For decades, repairability played a negligible part in our dealings with products, buildings and environments. It seemed better and cheaper to raze and completely rebuild outdated urban neighbourhoods than to restore them through careful renovation. Electrical appliances are increasingly designed and manufactured so that they cannot be repaired. Replacement has become the industrial norm; mending things is too expensive. Designing repairable objects and environments considerably strengthens the bond between user and object and between resident and neighbourhood.


Scarcity is an important motivator for protecting things that already exist. Tried and tested preservation techniques such as herring curing were invented for the purpose of stretching the brief availability period of certain foods. Pickling, smoking and conserving ensure they remain edible months after the harvest or catch. Tanning leather, staining wood and similar treatments protect materials from decay, lengthening the lifespan of objects and buildings.


Since scarcity is not an absolute phenomenon but in fact a cultural construction, artists, architects and designers often deploy a counterstrategy. If market mechanisms create scarcity, the underlying idea goes, then you can escape it by removing yourself from the market and becoming self-sufficient. Alternative models of self-sufficiency are usually accompanied by critical commentaries on the prevailing morality of society and market – sometimes radical, sometimes playful.

Cut down, reduce

Design is traditionally associated with the encouragement of consumption. The idea of scarcity, influenced in part by the increasing clout of the design industries, no longer springs solely from genuine shortages but has also become identified with a feeling of never having enough. To combat this permanent dissatisfaction, designers are employing an antidote strategy, creating designs that reduce consumption and thereby limiting the use of ingredients, materials and space. The same approach inspired architects of the past, like Rietveld and Van den Broek en Bakema, for whom it constituted an explicit statement about how society should be.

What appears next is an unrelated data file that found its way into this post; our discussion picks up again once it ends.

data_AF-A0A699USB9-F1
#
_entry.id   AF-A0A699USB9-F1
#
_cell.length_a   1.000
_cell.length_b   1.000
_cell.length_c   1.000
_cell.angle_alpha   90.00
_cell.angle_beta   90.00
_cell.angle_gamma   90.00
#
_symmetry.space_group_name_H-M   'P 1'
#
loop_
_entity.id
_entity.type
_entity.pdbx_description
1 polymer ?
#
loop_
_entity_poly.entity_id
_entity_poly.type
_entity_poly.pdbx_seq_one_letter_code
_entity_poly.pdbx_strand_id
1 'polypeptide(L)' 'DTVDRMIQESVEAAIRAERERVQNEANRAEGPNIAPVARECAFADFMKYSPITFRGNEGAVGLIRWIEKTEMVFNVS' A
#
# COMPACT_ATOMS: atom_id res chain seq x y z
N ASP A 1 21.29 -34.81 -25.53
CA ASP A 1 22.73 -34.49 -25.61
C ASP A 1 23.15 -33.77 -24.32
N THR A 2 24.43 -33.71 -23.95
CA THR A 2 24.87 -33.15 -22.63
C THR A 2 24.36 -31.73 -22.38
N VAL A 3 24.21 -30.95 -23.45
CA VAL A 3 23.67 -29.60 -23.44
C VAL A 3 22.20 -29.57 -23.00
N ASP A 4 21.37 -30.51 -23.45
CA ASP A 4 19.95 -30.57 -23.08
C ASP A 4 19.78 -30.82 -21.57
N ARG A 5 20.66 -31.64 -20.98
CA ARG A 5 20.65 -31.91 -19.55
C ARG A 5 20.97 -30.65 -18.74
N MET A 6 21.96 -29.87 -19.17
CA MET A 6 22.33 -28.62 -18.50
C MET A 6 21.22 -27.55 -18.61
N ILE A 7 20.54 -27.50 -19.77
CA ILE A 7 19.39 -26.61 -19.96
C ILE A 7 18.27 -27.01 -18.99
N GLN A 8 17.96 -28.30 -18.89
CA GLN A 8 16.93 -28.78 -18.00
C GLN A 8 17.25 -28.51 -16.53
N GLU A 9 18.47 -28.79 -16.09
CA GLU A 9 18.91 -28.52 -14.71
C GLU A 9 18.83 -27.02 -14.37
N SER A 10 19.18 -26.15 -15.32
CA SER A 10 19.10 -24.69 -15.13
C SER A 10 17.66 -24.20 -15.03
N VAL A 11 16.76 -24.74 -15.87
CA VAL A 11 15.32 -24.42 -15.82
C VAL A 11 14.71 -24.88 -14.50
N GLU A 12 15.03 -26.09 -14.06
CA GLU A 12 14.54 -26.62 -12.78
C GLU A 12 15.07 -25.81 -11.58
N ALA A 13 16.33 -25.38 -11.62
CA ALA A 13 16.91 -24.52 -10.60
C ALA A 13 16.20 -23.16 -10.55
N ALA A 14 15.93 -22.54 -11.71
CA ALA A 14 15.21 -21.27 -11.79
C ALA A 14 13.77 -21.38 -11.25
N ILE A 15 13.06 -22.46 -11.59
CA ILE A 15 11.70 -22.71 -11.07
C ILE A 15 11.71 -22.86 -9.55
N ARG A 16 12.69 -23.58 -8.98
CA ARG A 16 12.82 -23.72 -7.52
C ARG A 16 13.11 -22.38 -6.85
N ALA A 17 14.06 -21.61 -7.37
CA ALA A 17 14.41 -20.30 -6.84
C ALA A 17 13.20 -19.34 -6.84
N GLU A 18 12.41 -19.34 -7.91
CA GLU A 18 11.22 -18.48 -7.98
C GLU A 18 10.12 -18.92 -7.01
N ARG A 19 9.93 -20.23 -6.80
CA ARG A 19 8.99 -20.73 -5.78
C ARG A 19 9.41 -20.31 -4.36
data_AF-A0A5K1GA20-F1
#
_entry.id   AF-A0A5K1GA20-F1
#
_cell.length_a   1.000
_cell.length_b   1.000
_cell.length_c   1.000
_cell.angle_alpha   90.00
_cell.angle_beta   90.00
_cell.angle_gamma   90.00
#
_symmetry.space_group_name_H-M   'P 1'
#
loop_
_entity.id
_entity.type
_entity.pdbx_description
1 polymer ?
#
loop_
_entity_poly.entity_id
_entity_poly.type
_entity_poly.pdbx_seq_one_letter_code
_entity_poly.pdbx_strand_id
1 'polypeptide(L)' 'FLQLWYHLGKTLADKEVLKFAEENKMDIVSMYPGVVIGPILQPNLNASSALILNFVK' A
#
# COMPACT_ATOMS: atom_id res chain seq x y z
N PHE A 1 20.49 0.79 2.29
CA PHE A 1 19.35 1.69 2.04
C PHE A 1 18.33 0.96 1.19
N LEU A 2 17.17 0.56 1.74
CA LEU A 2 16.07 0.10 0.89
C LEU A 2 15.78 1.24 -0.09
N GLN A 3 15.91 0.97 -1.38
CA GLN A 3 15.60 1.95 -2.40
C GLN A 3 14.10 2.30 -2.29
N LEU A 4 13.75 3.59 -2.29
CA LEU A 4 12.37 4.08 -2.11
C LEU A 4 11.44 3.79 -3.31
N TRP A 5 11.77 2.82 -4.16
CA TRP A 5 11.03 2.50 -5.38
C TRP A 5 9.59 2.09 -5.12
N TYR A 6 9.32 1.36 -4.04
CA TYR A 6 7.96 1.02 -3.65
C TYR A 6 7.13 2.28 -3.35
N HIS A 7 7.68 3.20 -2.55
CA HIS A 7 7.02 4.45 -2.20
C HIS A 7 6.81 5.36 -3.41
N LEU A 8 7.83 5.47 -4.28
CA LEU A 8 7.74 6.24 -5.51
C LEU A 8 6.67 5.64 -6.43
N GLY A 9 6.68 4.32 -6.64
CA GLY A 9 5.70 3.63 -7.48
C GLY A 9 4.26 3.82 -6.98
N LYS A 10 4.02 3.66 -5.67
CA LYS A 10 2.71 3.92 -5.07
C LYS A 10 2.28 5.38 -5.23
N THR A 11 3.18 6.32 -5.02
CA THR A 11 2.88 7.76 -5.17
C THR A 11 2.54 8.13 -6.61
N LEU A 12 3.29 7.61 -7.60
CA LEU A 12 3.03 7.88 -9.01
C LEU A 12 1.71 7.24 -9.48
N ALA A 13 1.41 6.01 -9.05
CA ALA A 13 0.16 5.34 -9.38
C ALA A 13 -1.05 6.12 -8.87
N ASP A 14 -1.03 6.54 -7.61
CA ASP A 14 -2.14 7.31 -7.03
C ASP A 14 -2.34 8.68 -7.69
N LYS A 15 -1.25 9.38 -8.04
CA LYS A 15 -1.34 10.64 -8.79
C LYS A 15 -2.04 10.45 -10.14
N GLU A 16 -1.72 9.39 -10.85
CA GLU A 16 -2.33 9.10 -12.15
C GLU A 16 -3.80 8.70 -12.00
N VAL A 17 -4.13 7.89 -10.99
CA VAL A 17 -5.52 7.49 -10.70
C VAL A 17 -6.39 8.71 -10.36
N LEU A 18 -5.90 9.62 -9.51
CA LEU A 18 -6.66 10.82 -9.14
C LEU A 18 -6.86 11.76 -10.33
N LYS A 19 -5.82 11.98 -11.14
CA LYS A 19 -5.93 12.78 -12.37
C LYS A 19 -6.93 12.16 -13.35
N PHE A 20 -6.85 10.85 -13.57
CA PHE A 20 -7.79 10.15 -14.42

Divide, share

Scarcity often gives rise to two opposing tendencies: profiteering and sharing. The profiteer exploits a shortage of goods, food, raw materials or property to get rich quick. The sharer tries to spread the burden as evenly as possible around the community. Influenced by digitisation, those in the design world are exploring the sharing of time and knowledge, not because of looming shortages but in order to break monopolies that have long kept certain spheres of knowledge and markets accessible only to a few, who have shamelessly cashed in on their privileged position.


Makers and users have more access than ever to information about products, technologies and ways to use them. And they are able to share that information through a range of media. But this apparently unlimited supply also creates confusion. It’s up to designers and architects to create clarity around the true qualities of their production and working practices. This will help users to make informed choices, and even to directly access the source code of designs. Information enables us to understand the quality of scarcity.


In the long-ago age of the craft guilds, collaboration was seen as an important way to enhance the value of one’s work and social position. Since then, architects and designers have come up with numerous new forms of collaboration to develop and disseminate their ideas. Magazines like Forum constitute one such strategy. Another is Droog Design’s cooperative umbrella brand, which brings together individual design practices. In response to contemporary ideas of scarcity, more and more designers are setting up collectives where people with different specialities can work together, and consciously designing new collaborative models.